Researchers from McGill University and the US National Cancer Institute (NCI) have made some surprising discoveries about our immune system. By using mathematical modelling to look at specific aspects of immune responses in mice and humans, their data-driven approach, described in a recent article in Science, reveals that immune responses may exist on a finer spectrum than had previously been believed. The results also suggest that in the battle between a body’s defenses and intruders, the messengers are key. These findings could advance cancer and other immunotherapy treatments.
Fever, cough, sore throat — symptoms in the spotlight in the era of COVID-19 — are just some of the tell-tale signs of our body’s immune system kicking into action against an unwanted intruder. Whether triggered by an infection, an allergen, or a vaccine, immune responses are driven by a complex array of cellular processes that can play out over several days or even weeks.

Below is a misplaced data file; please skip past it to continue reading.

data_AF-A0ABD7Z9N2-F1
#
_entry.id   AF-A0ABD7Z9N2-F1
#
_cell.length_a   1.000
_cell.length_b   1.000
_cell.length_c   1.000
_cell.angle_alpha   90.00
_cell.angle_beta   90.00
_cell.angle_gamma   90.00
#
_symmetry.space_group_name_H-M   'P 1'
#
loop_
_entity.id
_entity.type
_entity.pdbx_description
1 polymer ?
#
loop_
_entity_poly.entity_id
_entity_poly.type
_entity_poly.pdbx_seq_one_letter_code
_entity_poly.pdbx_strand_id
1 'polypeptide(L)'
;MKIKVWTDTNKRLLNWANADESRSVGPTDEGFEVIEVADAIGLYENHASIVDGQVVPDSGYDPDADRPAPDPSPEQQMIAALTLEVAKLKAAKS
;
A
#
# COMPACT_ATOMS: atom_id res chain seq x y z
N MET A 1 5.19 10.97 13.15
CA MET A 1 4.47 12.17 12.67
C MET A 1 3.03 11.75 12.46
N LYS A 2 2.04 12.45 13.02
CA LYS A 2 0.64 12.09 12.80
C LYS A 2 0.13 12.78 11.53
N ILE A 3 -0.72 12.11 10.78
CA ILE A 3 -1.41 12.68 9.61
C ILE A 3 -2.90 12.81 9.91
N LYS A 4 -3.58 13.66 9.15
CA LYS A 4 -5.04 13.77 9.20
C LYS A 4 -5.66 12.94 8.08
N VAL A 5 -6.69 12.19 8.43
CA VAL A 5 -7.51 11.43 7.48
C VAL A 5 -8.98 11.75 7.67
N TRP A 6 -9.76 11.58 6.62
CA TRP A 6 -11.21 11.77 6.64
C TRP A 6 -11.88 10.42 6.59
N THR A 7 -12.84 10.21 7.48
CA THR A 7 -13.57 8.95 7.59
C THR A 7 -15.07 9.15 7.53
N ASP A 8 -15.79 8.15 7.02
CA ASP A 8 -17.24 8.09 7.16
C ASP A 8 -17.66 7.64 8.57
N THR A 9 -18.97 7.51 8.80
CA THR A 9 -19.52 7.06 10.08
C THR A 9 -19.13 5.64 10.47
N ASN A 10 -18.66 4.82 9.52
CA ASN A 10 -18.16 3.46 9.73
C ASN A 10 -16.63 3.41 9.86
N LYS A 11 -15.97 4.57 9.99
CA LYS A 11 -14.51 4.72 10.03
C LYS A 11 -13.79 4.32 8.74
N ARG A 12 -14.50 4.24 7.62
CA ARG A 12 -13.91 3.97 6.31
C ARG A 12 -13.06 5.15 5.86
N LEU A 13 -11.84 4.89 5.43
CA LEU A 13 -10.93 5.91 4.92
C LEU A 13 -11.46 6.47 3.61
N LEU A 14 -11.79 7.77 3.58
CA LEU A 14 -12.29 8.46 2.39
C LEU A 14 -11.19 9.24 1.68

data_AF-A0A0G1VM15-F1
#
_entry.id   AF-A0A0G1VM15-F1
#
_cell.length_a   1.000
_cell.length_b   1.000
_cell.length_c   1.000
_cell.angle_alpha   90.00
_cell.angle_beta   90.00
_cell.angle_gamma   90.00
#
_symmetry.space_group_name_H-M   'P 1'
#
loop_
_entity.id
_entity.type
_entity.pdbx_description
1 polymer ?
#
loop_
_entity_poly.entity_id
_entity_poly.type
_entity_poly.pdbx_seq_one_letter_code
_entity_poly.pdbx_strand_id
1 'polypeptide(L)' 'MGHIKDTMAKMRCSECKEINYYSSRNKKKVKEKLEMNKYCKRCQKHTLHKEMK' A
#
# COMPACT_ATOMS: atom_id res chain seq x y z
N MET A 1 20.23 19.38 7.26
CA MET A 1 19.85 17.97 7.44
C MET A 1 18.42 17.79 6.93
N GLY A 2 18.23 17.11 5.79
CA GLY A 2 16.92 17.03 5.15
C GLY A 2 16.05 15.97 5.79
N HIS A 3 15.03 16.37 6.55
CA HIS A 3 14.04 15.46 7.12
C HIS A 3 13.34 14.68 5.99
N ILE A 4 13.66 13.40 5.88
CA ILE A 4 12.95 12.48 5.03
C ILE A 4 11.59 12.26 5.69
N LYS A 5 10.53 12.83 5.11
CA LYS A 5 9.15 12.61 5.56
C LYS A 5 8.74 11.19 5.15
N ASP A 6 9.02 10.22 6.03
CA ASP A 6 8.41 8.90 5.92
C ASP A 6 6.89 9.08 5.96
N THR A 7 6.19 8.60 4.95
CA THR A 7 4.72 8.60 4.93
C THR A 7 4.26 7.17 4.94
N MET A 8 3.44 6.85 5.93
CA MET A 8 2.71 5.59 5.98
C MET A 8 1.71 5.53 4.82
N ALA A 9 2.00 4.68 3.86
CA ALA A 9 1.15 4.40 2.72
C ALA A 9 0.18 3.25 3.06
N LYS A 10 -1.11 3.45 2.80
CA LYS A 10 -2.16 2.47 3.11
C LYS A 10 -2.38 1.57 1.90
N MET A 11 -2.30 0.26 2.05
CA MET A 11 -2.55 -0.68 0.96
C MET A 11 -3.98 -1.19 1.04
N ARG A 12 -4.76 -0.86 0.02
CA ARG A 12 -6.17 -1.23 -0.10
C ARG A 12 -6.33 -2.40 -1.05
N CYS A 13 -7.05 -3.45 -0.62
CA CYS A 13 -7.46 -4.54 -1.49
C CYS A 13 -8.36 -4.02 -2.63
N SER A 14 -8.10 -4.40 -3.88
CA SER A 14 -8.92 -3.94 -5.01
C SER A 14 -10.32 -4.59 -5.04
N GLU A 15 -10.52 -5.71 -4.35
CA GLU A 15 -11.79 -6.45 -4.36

A lot is known about the overarching processes at play in immune responses. But because of the sheer numbers of variables involved, pinpointing what to focus on to develop treatments or vaccines proves very much like looking for a needle in a haystack. This may now change thanks to a new study by researchers from McGill University and the US National Cancer Institute (NCI), published recently in Science.
It focused on a fundamental process in the immune system: the role of proteins called cytokines in signalling and kickstarting a body’s responses.
The crucial role of the messengers
Our immune system is often characterized as a battle. Certain critical white blood cells (called T cells) travel through the bloodstream and lymphatic systems and into tissues, searching for traces of microorganisms and other invaders known as antigens. To avoid attacking healthy cells indiscriminately, T cells circulate until they recognize a specific antigen; only then do they send out messengers in the form of cytokines to activate an alert system and signal that all is not well.
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